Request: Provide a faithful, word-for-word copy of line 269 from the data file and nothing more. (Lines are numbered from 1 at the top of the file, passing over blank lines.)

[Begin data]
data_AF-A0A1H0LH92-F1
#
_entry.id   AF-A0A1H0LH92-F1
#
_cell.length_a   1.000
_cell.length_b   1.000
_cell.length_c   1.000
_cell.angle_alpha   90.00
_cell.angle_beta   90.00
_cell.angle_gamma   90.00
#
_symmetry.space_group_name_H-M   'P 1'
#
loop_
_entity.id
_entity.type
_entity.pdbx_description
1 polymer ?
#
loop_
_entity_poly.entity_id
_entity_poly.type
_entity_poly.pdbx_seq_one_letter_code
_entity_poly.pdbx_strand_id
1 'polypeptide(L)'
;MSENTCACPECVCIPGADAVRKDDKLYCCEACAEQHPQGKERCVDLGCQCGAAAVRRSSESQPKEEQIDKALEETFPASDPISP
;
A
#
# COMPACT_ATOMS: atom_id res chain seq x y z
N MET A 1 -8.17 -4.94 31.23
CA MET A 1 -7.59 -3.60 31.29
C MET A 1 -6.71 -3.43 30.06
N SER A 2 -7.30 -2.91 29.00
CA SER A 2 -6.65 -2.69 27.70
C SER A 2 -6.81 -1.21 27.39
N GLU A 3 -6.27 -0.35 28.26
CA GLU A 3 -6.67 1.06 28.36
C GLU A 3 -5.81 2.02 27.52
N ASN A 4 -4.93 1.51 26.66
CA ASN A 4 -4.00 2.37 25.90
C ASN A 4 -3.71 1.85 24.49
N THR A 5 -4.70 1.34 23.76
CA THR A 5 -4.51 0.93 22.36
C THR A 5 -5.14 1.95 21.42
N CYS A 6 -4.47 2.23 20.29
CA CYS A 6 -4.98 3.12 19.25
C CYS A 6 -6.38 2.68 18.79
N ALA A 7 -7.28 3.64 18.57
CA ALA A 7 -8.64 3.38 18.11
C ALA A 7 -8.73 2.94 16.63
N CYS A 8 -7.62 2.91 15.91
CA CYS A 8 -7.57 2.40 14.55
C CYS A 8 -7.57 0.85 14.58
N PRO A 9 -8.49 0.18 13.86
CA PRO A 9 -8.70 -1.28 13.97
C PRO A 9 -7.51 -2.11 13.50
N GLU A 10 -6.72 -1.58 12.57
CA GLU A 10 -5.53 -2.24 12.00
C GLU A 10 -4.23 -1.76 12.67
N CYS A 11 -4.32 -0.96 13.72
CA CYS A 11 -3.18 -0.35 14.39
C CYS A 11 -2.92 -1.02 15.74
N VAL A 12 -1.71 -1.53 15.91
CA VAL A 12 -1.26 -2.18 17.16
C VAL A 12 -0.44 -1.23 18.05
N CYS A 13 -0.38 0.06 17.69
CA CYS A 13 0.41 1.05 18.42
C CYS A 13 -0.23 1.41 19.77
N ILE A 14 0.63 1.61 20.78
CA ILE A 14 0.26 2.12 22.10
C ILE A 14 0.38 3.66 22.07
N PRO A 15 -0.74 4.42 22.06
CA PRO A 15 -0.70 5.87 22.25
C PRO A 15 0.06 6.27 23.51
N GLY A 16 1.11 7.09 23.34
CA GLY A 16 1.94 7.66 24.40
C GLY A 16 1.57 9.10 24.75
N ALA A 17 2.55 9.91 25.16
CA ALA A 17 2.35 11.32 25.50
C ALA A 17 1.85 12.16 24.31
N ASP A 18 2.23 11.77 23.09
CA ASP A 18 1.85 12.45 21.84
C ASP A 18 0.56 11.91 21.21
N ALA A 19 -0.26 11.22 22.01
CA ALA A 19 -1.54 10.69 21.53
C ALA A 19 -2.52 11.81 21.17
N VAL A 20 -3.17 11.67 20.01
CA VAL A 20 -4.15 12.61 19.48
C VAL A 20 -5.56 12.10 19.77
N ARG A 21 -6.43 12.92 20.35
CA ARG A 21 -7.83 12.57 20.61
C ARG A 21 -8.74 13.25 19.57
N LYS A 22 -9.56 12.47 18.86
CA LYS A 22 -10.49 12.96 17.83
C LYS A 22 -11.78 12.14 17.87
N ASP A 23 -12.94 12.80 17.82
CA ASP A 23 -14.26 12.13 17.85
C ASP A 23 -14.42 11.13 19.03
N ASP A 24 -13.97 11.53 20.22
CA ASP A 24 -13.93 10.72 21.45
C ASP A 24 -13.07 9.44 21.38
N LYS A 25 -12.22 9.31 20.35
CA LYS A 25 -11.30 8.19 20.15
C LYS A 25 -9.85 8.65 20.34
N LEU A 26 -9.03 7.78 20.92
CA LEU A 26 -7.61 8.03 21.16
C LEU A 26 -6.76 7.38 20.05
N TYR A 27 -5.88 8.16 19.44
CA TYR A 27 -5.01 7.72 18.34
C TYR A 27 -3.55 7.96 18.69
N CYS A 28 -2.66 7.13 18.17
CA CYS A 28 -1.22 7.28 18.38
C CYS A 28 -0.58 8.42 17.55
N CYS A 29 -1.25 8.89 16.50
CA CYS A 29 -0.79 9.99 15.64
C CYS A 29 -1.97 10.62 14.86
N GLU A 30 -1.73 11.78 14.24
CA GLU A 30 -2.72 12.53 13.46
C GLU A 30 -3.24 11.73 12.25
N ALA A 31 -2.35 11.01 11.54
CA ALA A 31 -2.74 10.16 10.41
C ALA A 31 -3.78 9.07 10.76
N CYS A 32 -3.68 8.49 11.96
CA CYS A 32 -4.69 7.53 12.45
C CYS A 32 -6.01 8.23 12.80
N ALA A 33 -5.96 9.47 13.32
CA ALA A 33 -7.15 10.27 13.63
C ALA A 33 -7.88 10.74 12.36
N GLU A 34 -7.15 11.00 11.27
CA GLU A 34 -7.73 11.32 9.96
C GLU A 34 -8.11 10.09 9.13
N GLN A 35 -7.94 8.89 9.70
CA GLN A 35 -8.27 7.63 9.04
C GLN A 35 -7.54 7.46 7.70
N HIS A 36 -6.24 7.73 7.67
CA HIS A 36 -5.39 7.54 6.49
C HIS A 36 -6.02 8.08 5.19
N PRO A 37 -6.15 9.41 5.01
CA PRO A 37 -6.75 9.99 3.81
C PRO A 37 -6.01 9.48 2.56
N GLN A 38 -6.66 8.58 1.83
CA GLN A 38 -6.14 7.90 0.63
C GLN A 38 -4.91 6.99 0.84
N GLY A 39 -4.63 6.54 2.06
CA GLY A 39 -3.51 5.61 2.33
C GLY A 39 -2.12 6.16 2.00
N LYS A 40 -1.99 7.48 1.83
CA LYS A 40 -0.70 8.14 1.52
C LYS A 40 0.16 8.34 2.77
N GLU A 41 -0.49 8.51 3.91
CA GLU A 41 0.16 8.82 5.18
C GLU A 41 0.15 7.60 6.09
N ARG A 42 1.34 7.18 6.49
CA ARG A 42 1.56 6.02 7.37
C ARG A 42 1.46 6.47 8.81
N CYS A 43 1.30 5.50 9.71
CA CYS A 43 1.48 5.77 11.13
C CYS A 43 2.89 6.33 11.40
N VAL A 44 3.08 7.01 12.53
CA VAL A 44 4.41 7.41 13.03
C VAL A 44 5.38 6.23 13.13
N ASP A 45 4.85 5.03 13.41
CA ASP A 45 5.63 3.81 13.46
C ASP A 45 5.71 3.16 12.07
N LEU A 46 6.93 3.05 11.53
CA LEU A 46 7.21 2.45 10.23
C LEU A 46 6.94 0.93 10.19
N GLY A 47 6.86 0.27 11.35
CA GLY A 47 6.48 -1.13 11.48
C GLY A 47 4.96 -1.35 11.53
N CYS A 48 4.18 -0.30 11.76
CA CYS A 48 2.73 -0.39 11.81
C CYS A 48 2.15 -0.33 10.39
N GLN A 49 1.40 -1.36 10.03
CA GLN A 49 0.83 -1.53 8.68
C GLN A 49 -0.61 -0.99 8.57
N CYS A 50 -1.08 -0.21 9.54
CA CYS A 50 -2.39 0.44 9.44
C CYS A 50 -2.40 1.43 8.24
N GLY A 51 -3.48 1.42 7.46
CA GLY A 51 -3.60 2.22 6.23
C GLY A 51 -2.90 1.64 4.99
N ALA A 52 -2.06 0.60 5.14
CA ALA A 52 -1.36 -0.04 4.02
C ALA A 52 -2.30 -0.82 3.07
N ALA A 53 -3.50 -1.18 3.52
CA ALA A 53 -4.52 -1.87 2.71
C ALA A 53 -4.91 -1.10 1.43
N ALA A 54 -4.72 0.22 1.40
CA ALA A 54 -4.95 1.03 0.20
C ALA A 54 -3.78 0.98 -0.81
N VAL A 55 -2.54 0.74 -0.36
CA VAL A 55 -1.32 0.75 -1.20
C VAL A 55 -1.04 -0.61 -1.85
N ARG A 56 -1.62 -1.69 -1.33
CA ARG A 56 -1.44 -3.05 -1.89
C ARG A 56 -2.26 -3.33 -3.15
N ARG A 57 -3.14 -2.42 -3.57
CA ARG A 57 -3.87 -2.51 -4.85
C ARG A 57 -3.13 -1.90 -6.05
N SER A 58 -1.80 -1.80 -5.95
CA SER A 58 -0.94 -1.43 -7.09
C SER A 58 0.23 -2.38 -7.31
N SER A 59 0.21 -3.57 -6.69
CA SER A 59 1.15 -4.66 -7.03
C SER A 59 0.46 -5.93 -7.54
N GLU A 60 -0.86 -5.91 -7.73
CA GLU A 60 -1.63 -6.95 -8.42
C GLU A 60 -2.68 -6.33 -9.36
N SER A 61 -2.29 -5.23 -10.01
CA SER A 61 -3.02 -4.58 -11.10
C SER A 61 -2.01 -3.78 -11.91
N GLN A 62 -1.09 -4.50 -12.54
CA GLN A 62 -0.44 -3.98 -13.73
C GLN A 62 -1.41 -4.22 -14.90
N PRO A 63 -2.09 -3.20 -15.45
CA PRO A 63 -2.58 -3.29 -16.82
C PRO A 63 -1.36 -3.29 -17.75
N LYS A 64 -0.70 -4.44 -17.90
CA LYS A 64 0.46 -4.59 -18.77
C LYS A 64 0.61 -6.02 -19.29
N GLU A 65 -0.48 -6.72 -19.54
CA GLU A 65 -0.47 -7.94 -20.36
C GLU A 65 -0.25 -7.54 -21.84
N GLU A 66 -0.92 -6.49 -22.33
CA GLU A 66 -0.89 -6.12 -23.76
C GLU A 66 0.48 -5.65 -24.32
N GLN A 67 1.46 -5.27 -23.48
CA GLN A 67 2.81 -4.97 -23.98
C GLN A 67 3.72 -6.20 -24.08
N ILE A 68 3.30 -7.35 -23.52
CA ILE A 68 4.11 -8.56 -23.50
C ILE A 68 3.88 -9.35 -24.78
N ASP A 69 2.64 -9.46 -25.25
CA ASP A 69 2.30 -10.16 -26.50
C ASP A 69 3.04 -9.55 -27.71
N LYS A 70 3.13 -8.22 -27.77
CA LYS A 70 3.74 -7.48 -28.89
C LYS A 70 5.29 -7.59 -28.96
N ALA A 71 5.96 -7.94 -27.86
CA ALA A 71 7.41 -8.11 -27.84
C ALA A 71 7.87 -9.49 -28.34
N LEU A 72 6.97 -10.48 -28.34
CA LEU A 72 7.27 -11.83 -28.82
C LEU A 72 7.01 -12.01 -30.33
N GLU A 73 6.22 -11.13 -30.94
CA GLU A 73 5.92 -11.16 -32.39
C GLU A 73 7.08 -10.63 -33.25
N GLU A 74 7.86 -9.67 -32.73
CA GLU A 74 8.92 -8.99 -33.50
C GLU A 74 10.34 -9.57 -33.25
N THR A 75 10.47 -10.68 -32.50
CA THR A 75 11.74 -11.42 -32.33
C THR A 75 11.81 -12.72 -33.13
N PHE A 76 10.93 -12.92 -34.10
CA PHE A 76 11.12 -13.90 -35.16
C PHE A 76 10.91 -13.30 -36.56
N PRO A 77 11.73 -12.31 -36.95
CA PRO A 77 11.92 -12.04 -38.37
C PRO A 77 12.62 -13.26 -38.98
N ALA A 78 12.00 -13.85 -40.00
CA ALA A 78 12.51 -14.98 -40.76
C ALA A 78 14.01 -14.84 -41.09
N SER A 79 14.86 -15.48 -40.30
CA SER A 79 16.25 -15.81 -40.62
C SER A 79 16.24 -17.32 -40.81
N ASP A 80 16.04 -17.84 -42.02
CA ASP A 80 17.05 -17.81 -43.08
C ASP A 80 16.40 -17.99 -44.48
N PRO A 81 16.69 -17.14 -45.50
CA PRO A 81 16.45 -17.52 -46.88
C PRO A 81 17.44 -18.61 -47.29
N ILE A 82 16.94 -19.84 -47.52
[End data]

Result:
CA ASP A 80 17.05 -17.81 -43.08